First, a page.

By Russell Bennett
The U.K. fintech scene is booming with 2019 expected to be a record year for investment after the sector hit a new high of $2.9 billion (£2.3 billion) in funding in the first six months of the year. The U.K. has now become synonymous with highly successful fintechs, such as Monzo and Starling, which is helping to cement the country as a leading fintech market. The U.K.’s fintech success has led to London being widely considered the ‘fintech capital’ of the world. However, as the U.S. fintech sector continues to go from strength to strength, receiving $18.3 billion in investment across 470 deals in the first half of this year, will London be able to hold on to this this title for much longer?
The U.K. fintech scene
According to a new study, London is now home to seven fintech unicorns — fintechs valued at more than $1 billion — and is expected to catch up with San Francisco’s nine as early as this year. The U.K. is also streets ahead of the U.S. in terms of the digital banking opportunities it is offering. For instance, Monzo now has more than 1.9 million U.K. customers, despite not having any physical branches, after luring customers away from traditional banks with the promise of a better customer experience. The digital bank has aspirations to develop its offering even further to allow customers to do everything from switch energy providers in-app as it integrates with third-parties.
This level of digital banking innovation is yet to make its way across to the U.S., where card payment technology trails behind and consumers are often required to provide a signature when making a card transaction. In fact, currently, contactless payments account for just a fraction of card transactions in the U.S., but by 2022 it is thought this trend will catch on to make up more than a third of electronic payments in America.
Additionally, while regulation may have previously been an inhibitor, in the U.K. and Europe, the introduction of Payment Services Directive (PSD2) has sparked the introduction of open banking and a new wave of innovation. According to EY, 94 percent of fintechs are considering how open banking can enhance current services, and 81 percent are using it to enable new services. The use of open application programming interfaces will enable third-party access to data traditionally held by incumbent financial institutions, meaning that fintechs can use this to develop new products and services. Consequently, this could see U.K. fintechs innovate in areas currently unavailable to the U.S.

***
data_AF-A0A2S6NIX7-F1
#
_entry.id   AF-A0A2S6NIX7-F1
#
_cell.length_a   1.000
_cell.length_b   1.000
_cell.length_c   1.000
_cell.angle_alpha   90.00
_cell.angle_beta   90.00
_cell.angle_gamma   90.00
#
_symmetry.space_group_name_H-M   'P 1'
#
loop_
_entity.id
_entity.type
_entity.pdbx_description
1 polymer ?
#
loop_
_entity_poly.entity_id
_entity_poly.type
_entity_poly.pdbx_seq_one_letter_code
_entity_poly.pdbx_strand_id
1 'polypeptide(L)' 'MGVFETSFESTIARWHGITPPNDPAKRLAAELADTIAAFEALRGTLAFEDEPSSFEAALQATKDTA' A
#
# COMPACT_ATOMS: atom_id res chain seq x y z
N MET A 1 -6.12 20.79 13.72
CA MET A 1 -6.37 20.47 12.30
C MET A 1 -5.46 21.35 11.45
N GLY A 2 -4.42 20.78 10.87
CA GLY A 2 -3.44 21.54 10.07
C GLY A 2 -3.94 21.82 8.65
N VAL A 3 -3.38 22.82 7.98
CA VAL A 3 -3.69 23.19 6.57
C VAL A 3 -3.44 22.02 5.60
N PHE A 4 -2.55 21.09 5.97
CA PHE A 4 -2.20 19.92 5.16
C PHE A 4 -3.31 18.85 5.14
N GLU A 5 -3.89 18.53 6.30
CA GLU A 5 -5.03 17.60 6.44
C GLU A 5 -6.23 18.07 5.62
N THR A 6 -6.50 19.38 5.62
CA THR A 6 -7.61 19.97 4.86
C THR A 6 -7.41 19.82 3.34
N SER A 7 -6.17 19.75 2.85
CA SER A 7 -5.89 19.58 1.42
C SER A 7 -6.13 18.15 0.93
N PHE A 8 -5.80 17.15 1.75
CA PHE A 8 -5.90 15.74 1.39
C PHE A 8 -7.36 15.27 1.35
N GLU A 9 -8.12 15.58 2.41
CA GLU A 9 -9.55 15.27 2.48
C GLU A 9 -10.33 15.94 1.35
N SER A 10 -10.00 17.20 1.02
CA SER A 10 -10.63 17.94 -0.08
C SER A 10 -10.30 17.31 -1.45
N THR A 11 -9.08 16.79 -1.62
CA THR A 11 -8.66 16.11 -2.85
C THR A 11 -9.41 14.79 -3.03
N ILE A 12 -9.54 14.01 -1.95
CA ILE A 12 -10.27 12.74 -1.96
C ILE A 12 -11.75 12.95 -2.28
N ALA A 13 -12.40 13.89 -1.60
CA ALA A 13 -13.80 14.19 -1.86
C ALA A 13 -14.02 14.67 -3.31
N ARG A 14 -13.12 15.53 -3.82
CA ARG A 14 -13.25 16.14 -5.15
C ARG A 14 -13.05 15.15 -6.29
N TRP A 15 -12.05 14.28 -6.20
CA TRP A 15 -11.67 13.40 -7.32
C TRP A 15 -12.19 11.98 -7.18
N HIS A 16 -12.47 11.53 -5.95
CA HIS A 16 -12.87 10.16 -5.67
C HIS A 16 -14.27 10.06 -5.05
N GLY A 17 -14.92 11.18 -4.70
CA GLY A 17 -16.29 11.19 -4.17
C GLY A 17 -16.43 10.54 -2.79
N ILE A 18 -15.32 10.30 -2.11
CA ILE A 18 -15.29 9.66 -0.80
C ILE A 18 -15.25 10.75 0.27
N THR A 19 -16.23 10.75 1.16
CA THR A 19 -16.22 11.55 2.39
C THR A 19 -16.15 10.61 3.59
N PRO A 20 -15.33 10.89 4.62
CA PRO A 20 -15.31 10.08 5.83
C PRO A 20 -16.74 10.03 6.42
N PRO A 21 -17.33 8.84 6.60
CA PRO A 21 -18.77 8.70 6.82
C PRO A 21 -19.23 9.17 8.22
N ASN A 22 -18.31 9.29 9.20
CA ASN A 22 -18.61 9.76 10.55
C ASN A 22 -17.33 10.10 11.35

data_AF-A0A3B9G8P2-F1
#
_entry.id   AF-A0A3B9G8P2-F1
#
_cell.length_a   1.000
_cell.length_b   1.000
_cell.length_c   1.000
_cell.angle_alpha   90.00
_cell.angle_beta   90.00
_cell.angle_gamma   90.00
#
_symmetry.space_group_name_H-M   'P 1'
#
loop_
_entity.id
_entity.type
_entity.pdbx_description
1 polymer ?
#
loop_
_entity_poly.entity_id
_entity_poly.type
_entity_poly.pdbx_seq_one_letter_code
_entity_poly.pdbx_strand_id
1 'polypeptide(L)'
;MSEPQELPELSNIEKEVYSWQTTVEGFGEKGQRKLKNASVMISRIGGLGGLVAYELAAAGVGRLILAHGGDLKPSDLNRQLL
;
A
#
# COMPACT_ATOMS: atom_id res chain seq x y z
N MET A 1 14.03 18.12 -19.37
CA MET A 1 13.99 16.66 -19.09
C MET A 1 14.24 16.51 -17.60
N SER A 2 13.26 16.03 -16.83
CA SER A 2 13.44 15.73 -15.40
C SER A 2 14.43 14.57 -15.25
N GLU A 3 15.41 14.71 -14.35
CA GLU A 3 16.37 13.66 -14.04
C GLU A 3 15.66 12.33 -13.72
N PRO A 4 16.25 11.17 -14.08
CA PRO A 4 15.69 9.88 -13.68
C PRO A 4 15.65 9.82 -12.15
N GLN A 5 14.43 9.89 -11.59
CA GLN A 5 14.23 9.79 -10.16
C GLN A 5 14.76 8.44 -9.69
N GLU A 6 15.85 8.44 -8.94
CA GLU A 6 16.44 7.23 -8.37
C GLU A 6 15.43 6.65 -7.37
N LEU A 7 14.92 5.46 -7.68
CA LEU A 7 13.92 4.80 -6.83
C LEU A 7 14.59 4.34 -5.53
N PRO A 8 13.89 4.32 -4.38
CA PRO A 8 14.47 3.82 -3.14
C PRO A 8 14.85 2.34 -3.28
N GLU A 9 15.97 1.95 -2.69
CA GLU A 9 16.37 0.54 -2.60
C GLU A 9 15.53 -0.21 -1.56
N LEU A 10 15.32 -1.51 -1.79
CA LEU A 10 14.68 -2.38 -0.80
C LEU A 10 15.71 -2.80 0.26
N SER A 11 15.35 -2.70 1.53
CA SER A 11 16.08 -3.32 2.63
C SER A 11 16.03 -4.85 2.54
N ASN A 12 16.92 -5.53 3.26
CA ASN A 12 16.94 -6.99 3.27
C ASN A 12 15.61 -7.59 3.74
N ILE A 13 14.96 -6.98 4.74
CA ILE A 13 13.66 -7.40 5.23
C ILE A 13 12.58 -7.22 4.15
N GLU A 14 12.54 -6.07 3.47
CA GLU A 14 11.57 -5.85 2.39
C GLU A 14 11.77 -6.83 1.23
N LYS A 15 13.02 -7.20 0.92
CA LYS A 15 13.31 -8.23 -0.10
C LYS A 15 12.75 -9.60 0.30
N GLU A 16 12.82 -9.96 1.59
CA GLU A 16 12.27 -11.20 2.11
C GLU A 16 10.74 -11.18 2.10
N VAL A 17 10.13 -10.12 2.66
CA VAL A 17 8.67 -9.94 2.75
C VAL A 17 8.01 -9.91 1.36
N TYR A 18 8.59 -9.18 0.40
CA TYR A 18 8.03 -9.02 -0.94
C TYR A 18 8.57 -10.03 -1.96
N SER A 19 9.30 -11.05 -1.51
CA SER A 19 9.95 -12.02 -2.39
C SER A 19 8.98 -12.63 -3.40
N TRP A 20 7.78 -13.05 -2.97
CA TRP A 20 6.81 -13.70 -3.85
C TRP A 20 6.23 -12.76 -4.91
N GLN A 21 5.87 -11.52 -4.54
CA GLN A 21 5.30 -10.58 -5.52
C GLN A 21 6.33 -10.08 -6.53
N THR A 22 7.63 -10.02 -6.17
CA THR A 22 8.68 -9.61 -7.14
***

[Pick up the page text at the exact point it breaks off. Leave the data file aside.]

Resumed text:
The U.S. fintech scene
The financial landscape in America is wildly different from the UK’s with research finding that 30 percent of all consumer transactions in America are paid for in cash, while the average American also writes 38 checks a year, nearly five times the number of the average Brit. Additionally, the American mobile-payments industry is more than 50 times smaller than China’s. These factors are reflected in the country’s fintech scene and the products on offer with $1.8 billion invested into insurtech in 2018.
Yet, despite consumers perhaps not being as open to innovative card technologies as those in other markets, this doesn’t seem to be holding fintechs back. While San Francisco is largely considered to be the fintech capital of America, the country actually benefits from several emerging fintech hubs; unlike the U.K., which has a single fintech hub in London. For instance, Atlanta, which has long been a financial services hub, is fast becoming a hive of fintech innovation and plays host to a number of fintech startups, incumbents and technology accelerators. As home to payment companies including WorldPay and BitPay, Atlanta has earned the nickname “Transaction Alley.” Similarly, New York is producing new and exciting fintechs and benefits from a fast-growing pool of talent. Owing to its size, U.S. fintechs face less competition than London-based fintechs as they aren’t condensed into one area and benefit from a bigger playing field.
The winner is…
Both the U.K. and U.S. fintech sectors are undeniably strong, but they are also extremely different, owing to varying regulations and the markets they are serving. While there’s no longer a clear ‘fintech capital’, both sectors have clearly established themselves as world leaders. Looking to the future, we could see greater collaboration between the two markets thanks to the introduction of the ‘Financial Innovation Partnership’ (FIP), established to “build on and deepen bilateral engagement on emerging trends in financial services innovation” between the U.K. and U.S. As a result, a new wave of innovation within the global fintech landscape could be on the horizon.
Russell Bennett has been CEO of Fraedom since it began in 1999. As CEO he is involved in all aspects of the business from commercial and product strategy through to technical direction and delivery, working closely with global banking partners. With over 20 years’ experience in FinTech, Russ is a leading expert in payments and expense technology.